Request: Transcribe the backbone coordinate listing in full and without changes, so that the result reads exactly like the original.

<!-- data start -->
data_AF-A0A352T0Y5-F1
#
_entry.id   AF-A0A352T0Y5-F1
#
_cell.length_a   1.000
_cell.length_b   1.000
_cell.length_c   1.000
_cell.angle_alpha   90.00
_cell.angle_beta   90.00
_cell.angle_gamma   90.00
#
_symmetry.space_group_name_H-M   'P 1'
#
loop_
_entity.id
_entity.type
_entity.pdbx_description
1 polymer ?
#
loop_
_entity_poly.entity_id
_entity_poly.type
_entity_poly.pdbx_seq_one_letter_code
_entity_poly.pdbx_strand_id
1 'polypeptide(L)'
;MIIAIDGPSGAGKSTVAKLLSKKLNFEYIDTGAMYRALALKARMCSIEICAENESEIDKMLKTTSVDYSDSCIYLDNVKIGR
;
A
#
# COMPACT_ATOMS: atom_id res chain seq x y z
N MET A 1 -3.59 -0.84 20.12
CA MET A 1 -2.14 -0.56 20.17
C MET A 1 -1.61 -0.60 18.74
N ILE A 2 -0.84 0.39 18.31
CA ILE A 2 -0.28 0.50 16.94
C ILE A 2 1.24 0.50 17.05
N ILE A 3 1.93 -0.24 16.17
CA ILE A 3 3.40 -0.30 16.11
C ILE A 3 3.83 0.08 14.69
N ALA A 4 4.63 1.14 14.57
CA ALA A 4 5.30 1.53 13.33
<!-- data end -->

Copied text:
data_AF-A0A352T0Y5-F1
#
_entry.id   AF-A0A352T0Y5-F1
#
_cell.length_a   1.000
_cell.length_b   1.000
_cell.length_c   1.000
_cell.angle_alpha   90.00
_cell.angle_beta   90.00
_cell.angle_gamma   90.00
#
_symmetry.space_group_name_H-M   'P 1'
#
loop_
_entity.id
_entity.type
_entity.pdbx_description
1 polymer ?
#
loop_
_entity_poly.entity_id
_entity_poly.type
_entity_poly.pdbx_seq_one_letter_code
_entity_poly.pdbx_strand_id
1 'polypeptide(L)'
;MIIAIDGPSGAGKSTVAKLLSKKLNFEYIDTGAMYRALALKARMCSIEICAENESEIDKMLKTTSVDYSDSCIYLDNVKIGR
;
A
#
# COMPACT_ATOMS: atom_id res chain seq x y z
N MET A 1 -3.59 -0.84 20.12
CA MET A 1 -2.14 -0.56 20.17
C MET A 1 -1.61 -0.60 18.74
N ILE A 2 -0.84 0.39 18.31
CA ILE A 2 -0.28 0.50 16.94
C ILE A 2 1.24 0.50 17.05
N ILE A 3 1.93 -0.24 16.17
CA ILE A 3 3.40 -0.30 16.11
C ILE A 3 3.83 0.08 14.69
N ALA A 4 4.63 1.14 14.57
CA ALA A 4 5.30 1.53 13.33